in North Missouri. The troops doubtless went on board during the night. From the levee a very interesting spectacle presented itself, at about noon, to hundreds of spectators. On the firing of a signal gun, the steamers Empress, War Eagle, Jennie Deans, Warsaw, and City of Alton, simultaneously backed from the wharf, and dropped anchor in mid-stream. The movement was executed with admirable precision and fine effect. These steamers, with the Louisiana, January, and Graham, constitute the military fleet of eight vessels, to proceed down the Mississippi. Each bears aloft the Stars and Stripes, while the City of Alton, as the “flag steamer,” shows also the Union Jack and a broad pennon. The gallant vessels attracted much attention, and every movement respecting them was watched with keen interest. At four P. M., the Seventeenth regiment, Illinois, Col. Ross commanding, broke up their encampment at the Abbey track, and marched into the city to Fifth street, and on Fifth, Washington avenue, Fourth, Chestnut, Main, Locust, and the Levee, to the steamer Warsaw, which had moved to the Keokuk landing, near the foot of Chestnut street, to receive them. The troops were preceded by an unusually excellent band of music, and presented a remarkably vigorous and imposing appearance. They were much admired as a corps of hardy and evidently intelligent and determined men. Company A of this regiment is Gen. Pope's body guard, and consists of picked men. Crowds gathered at the wharf and witnessed the interesting embarkation of the Illinois Seventeenth. The corps marched in good order on board the Warsaw, but a portion of them subsequently proceeded on board the Jennie Deans, which, together with the Empress, moved into the landing. At eleven o'clock last night, the fleet and embarked troops remained awaiting complete readiness and orders to start. Major-General Fremont and staff went on board the City of Alton, to accompany and direct the expedition. Captain Bart Able is in charge of the fleet. The captains of the several vessels were published by us yesterday. It was expected that the boats would all start together at about daybreak this morning.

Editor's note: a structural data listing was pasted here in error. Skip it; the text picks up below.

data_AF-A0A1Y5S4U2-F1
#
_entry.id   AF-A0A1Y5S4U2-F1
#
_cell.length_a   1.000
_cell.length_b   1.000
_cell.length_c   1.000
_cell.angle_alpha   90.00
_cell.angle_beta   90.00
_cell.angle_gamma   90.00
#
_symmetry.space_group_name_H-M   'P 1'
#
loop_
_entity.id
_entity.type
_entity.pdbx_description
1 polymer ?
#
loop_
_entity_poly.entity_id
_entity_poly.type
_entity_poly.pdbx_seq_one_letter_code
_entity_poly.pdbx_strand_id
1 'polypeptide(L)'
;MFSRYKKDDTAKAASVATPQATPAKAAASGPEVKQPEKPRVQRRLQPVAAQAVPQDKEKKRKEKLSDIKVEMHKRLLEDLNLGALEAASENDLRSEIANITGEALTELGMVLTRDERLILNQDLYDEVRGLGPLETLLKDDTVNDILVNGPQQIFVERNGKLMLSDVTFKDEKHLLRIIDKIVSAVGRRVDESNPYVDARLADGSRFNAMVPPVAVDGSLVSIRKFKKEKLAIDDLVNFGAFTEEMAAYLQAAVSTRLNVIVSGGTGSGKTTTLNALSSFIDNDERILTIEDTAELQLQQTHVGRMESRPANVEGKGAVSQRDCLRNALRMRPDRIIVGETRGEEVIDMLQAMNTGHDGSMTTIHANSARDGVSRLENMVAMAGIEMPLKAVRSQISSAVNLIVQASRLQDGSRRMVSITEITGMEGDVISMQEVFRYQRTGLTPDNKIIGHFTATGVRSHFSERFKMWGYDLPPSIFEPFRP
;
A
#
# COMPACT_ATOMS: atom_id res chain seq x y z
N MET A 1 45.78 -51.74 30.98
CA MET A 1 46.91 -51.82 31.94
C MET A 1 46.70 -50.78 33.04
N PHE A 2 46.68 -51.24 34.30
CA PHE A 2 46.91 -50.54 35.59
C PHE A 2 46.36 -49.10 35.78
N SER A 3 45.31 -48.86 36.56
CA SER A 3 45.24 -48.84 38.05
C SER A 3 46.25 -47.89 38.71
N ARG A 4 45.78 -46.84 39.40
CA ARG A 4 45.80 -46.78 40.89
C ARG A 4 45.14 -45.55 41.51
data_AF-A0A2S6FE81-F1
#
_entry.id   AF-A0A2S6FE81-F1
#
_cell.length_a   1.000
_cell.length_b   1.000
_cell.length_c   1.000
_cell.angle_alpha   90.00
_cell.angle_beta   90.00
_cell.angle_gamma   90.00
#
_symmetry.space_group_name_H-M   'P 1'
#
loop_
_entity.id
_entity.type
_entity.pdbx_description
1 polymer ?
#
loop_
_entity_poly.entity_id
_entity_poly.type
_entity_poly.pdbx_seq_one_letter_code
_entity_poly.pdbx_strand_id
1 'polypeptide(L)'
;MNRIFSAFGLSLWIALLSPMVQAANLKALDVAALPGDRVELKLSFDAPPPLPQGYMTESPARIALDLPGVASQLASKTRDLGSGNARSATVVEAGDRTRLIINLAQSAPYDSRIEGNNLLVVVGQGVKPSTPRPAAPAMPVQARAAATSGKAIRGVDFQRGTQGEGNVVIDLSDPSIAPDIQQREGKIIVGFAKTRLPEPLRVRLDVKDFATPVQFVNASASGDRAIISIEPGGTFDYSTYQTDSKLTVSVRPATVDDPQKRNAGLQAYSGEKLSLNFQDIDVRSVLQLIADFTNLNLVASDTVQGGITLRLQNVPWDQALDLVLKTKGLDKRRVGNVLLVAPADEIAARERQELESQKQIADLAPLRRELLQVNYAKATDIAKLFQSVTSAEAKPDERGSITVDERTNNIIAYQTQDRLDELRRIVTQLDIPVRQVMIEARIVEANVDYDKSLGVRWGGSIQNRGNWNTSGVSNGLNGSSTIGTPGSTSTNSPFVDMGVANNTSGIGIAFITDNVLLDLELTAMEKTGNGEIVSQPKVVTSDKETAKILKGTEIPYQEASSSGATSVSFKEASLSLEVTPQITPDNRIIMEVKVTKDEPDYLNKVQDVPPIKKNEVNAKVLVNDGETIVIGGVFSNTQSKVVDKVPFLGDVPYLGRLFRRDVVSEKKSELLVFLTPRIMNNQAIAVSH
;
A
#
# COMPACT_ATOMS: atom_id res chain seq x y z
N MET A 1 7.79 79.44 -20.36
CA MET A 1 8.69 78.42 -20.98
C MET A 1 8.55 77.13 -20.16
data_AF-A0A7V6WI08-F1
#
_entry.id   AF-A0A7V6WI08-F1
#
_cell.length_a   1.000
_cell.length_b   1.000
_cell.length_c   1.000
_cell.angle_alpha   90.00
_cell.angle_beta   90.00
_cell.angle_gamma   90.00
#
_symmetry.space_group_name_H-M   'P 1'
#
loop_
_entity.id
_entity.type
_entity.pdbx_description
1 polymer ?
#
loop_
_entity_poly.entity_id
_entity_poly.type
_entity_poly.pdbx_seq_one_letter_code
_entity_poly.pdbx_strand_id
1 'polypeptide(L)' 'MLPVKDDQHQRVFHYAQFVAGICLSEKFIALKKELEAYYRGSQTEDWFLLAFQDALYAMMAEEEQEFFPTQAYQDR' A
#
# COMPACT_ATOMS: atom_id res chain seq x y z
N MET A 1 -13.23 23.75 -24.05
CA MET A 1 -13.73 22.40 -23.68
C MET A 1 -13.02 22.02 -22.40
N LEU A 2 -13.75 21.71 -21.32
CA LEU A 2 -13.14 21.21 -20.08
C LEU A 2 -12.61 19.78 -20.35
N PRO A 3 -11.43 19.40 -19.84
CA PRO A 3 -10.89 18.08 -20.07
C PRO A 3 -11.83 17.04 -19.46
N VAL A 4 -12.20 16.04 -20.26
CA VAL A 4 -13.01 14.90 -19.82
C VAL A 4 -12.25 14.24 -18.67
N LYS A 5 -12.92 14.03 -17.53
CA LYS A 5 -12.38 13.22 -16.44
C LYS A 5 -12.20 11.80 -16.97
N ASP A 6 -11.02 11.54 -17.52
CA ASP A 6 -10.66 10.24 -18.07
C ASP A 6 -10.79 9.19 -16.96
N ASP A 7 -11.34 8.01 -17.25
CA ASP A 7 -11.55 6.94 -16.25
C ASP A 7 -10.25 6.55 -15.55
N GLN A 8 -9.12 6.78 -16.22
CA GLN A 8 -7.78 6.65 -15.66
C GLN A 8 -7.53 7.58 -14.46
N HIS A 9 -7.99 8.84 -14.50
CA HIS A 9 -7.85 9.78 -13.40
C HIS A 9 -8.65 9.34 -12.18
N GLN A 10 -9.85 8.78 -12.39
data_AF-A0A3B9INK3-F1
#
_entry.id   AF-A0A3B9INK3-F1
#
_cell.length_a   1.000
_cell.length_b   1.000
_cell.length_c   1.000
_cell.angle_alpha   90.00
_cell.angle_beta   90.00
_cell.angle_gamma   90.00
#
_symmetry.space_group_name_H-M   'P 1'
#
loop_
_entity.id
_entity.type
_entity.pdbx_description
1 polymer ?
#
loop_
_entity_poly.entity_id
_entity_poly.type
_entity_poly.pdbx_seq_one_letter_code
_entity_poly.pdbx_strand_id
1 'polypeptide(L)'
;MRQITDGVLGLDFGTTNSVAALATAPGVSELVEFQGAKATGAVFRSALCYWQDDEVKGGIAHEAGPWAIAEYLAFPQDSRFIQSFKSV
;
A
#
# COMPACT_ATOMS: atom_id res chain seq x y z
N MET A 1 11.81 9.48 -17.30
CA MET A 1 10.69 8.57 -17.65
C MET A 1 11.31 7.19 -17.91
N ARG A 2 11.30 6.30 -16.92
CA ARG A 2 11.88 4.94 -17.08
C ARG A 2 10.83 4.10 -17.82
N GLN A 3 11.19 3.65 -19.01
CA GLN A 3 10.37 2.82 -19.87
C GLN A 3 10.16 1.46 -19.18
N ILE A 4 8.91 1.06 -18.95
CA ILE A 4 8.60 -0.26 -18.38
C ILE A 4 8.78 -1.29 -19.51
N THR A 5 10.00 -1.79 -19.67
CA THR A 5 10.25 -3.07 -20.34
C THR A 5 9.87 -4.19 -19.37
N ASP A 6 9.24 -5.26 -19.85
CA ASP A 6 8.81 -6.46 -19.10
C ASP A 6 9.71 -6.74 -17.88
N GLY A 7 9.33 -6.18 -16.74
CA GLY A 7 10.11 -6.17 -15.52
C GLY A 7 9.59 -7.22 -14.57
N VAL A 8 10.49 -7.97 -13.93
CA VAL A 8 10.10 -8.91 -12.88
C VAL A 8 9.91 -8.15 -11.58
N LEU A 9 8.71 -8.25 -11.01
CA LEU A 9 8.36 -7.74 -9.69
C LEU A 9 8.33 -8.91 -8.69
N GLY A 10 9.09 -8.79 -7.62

This text is part of:
Table of Contents:
Battle of Bull Run .
Doc . 4 .- N. Y. Tribune narrative.
Doc . 59 : a Virginian who is not a traitor: response of Lieut. Mayo , U. S. N. , to the proclamation of Gov. Letcher .
Doc . 65 -speech of Galusha A. Grow , on taking the Chair of the House of Representatives of the United States , July 4 .
Doc . 135 .- Virginia ordinance, prohibiting citizens of Virginia from holding office under the United States , passed July , 1861 .
This work is licensed under a Creative Commons Attribution-ShareAlike 3.0 United States License.
An XML version of this text is available for download, with the additional restriction that you offer Perseus any modifications you make. Perseus provides credit for all accepted changes, storing new additions in a versioning system.